No such here either. No expansion tank, no one-way valve. Our tank would expand and push water back into the city water system. House is just under a hundred years old, and the first water heater in here was probably coal fired. Part of the shop is in the old coal bin.....

none of that newfangled stuff to go wrong here.

That's funny :)

J Tiers
05-03-2019, 11:26 PM
That's funny :)

You probably think so. You would.

You also resurrected an ancient thread.

Back in another city when I was a kid, the city decided to require backflow valves. But that was before expansion tanks were a "thing", and the city did not require them. naturally, a lot of HW tanks were destroyed, and the city took out the requirement. But the tank we had was destroyed, and it was a monel tank that would have lasted a century if the $#@! city had not required the valves. When the tank was replaced, the valve was removed.

Just had the tank here replaced. It now has an expansion tank. There may or may not be any valve as part of the water meter, no info on that, the old HW tank lasted 22 years, so there was no big problem. If there is a valve, then when (not if) the tank bladder fails, the expansion tank will fill with water, and become worthless, at which time we may have an issue with the HW heater. There is nothing on the expansion tank to show whether or not it is working.

New thing is the water pressure, which if over 80 psi has to have a pressure regulator. I measured ours at 95 PSI, which the plumbers also found. But the next street over had 70 PSI a year ago, and they are on the same pipes. Something does not seem correct with that. Either the pressure went up 25 psi, or the two streets are very different..... although we are on a hill, accessible from only one side, so there is just one pipe supplying water to this area.

A.K. Boomer
05-03-2019, 11:43 PM
My tanks a reliance 1987 --- so 32 years not to shabby - im hoping for another happy 32 more...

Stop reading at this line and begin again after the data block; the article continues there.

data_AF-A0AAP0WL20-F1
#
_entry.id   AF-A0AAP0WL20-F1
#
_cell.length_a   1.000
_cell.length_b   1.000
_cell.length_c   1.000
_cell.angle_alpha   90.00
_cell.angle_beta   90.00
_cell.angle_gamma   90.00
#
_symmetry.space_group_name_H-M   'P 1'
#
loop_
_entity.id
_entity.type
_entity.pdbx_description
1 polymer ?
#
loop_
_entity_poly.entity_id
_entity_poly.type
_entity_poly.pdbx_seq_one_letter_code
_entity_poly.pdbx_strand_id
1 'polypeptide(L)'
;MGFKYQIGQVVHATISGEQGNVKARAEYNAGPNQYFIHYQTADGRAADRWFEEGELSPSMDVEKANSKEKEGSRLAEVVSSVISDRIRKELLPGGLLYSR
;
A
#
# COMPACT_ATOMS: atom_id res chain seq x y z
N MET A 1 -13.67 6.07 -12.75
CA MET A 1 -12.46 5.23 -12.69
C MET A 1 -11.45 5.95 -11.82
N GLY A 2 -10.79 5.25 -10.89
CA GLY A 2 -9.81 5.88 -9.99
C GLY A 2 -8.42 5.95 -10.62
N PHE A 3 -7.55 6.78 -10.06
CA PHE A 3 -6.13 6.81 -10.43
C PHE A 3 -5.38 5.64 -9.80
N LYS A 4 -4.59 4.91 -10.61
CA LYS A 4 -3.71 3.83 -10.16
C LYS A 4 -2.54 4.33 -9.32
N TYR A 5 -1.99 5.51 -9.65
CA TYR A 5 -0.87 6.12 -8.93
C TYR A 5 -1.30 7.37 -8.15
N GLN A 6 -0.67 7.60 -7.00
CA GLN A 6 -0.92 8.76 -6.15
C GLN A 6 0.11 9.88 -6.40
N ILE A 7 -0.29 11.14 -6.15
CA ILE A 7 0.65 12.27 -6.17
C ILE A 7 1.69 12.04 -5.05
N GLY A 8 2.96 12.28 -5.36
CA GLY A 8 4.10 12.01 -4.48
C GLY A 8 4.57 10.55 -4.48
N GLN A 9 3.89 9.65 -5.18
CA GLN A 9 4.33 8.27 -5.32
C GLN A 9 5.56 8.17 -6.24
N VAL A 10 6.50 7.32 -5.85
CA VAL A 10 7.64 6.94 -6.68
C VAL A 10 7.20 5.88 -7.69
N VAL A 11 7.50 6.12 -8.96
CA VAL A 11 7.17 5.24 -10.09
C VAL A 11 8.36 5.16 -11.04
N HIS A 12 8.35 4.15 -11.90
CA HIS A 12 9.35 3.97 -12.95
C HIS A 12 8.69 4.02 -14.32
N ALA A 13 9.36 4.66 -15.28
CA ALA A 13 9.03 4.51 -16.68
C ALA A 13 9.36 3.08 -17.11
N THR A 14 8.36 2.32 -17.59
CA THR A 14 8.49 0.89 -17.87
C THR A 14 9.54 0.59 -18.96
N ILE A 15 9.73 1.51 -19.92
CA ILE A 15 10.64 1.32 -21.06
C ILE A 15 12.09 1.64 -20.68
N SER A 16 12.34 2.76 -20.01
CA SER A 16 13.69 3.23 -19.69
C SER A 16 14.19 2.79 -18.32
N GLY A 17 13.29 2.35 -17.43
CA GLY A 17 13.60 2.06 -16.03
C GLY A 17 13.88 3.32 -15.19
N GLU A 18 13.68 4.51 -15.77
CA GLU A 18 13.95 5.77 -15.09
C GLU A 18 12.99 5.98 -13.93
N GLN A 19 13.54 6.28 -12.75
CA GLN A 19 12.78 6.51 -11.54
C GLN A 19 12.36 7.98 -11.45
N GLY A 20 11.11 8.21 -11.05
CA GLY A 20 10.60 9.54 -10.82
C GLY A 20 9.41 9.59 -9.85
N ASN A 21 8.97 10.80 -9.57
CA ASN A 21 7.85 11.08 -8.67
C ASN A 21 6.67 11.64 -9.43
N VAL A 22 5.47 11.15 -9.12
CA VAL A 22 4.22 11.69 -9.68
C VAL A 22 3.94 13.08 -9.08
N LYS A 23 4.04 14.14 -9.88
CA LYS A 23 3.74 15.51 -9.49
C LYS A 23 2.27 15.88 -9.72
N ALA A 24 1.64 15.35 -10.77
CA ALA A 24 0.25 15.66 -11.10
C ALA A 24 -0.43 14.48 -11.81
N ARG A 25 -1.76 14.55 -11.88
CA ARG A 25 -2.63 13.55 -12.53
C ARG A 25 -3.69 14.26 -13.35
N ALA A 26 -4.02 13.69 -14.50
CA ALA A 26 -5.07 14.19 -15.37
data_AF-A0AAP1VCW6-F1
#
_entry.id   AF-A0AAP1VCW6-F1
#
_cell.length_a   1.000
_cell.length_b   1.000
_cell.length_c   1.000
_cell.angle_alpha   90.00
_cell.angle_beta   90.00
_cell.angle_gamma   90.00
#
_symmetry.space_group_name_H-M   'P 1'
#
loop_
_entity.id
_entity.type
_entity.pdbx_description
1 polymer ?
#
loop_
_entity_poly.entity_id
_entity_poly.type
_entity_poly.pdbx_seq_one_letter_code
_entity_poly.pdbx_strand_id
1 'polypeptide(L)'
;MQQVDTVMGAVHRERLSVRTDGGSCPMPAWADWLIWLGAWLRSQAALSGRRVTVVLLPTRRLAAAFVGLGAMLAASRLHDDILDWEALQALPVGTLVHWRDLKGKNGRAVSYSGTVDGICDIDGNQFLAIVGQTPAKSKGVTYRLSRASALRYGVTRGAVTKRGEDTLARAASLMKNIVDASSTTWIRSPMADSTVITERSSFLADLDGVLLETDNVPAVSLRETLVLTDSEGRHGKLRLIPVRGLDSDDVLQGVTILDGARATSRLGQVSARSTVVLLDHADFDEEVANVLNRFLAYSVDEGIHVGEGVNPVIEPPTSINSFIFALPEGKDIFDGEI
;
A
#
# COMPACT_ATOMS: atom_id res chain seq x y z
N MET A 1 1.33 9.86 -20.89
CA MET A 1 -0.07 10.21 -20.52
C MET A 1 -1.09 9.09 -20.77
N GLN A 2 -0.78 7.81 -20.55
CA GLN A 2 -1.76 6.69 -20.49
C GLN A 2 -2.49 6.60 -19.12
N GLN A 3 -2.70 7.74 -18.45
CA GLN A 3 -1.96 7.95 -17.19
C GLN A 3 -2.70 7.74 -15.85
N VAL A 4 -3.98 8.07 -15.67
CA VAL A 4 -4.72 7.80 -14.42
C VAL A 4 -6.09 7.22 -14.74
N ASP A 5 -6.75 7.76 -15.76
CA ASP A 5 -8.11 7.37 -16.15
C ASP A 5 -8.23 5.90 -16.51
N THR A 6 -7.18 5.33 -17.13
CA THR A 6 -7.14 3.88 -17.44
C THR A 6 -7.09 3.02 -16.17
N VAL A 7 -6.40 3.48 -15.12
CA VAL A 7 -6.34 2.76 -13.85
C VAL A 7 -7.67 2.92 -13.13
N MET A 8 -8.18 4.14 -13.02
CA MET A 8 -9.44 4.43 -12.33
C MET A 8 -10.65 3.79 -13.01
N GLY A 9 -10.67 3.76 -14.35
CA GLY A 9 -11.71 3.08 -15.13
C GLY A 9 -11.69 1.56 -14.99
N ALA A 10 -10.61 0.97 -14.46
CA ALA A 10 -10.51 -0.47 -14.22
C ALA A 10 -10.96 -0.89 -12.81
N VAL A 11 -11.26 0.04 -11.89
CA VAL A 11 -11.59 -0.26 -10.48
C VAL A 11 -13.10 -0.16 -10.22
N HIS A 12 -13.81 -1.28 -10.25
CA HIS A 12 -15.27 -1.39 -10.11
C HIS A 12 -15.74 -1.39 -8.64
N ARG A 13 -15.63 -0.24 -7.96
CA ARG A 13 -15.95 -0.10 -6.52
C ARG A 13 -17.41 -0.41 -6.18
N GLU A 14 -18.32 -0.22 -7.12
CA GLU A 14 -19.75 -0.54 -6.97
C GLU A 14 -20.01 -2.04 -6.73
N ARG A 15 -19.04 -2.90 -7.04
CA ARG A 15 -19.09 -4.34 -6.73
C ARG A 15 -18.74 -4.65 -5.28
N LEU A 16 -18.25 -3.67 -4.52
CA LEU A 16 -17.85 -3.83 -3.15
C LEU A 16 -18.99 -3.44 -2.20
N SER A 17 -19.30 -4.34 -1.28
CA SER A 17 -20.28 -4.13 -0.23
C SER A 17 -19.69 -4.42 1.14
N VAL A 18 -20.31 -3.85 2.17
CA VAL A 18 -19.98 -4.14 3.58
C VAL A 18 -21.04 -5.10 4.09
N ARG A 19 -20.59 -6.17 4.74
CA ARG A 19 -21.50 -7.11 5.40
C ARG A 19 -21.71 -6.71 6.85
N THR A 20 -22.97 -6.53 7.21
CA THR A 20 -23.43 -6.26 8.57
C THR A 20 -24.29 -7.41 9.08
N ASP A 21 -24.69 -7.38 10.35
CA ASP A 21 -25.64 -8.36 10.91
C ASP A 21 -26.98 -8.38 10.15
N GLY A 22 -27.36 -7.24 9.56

alanganes
05-04-2019, 09:28 AM
But that was before expansion tanks were a "thing", and the city did not require them. naturally, a lot of HW tanks were destroyed, and the city took out the requirement.

Not many systems around here have expansion tanks on the HW lines, at least not older systems. Maybe for new construction. Every HW tank does have a "T&P" (temperature & pressure) relief valve that is supplied with the tank. So any excessive pressure just blows water onto the floor (messy) or down a drain, outside of the building or whatever They also have a vacuum break valve that allows the tank to suck in air if for some reason water is drawn out with nothing flowing in to replace it, to prevent the tank from buckling in under vacuum.

plunger
05-04-2019, 09:37 AM
Not many systems around here have expansion tanks on the HW lines, at least not older systems. Maybe for new construction. Every HW tank does have a "T&P" (temperature & pressure) relief valve that is supplied with the tank. So any excessive pressure just blows water onto the floor (messy) or down a drain, outside of the building or whatever They also have a vacuum break valve that allows the tank to suck in air if for some reason water is drawn out with nothing flowing in to replace it, to prevent the tank from buckling in under vacuum.

In my country geysers or tanks are made from steel so thay cant collapse through vacuum. But we still need two vacuum breakers .One on the cold to prevent back syphon through the anti syphon loop or else the tank would burn its element out if theres a water failure shut off. The vacuum breaker on the hot facilitates draining ,otherwize the water would just stay in the tank.We dont have expansion tanks but have relief valves which constantly drip. No potable water is ever allowed to be fed back into the main system.We also have tp valves on our geysers. Its a criminal offence to install a geyser incorrectly but there are no geyser police. But people do die every year from incorrect installations.

3 Phase Lightbulb
05-04-2019, 10:28 AM